France retains crown as world’s top tourist destination
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France's Foreign Minister Jean-Marc Ayrault said on Friday that the number of foreign visitors to France grew in 2015 despite jihadist attacks in Paris thanks to a sharp rise of 22.7 per cent in the number of tourists from Asia. “The number of Chinese tourists passed the symbolic bar of two million for the first time, and reached 2.2 million,” Ayrault said.
In a bid to woo Chinese visitors following the attacks, Paris welcomed 55 Chinese tour operators in February to reassure them over security in the city.
More than half a million Indians also visited France.
In 2014, France reduced the time for visas to be issued to 48 hours for visitors from China, India and Singapore.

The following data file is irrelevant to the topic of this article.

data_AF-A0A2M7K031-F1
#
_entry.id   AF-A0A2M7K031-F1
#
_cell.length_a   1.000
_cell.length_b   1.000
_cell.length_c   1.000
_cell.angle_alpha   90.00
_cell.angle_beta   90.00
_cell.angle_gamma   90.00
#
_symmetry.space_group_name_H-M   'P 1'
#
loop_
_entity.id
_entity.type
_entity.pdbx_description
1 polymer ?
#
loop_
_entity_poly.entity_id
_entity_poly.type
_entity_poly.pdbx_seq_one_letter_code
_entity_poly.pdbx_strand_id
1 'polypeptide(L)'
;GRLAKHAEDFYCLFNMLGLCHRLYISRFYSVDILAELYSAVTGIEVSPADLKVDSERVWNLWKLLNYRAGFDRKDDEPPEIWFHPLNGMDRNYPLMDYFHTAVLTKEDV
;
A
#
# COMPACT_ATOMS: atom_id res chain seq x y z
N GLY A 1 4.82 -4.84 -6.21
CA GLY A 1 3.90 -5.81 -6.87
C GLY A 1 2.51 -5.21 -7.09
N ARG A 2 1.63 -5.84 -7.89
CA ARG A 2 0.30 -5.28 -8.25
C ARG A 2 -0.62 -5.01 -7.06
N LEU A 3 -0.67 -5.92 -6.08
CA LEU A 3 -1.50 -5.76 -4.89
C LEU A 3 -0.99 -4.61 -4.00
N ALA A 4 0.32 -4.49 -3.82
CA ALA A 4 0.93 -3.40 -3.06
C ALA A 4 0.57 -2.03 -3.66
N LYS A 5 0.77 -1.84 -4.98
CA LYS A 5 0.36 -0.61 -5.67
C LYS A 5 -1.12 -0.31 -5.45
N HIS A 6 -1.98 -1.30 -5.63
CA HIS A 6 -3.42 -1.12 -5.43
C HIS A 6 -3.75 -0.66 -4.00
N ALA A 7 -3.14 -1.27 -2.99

A total of 84.5 million visitors came to France last year, an increase of 0.9 percent on 2014.
Visitors from the United States were also up, by more than 15 percent, but there was a dip of 1.5 percent in the number of tourists from Europe.
Official figures released on Thursday showed the effect of the 13 November terrorist attacks, with a sharp fall of 16.5 percent in overnight stays in December across all categories of accommodation.
The attacks in which 130 people were killed by Islamic State group gunmen and bombers, “limited this growth, especially in the capital” continued Ayrault.
Visitors from Japan were down 20 percent over the first 10 months of 2015 following the January terror attacks on the satirical weekly Charlie Hebdo and a Jewish supermarket, and the numbers dipped further after the November attacks.
In August last year, then-foreign minister Laurent Fabius said he hoped France would break through the barrier of 85 million visitors in 2015.
The figure did in fact reach 85 million if visitors to France's overseas territories are included.
Ayrault said his aim “remains to attract 100 million foreign tourists a year to France by 2020.”
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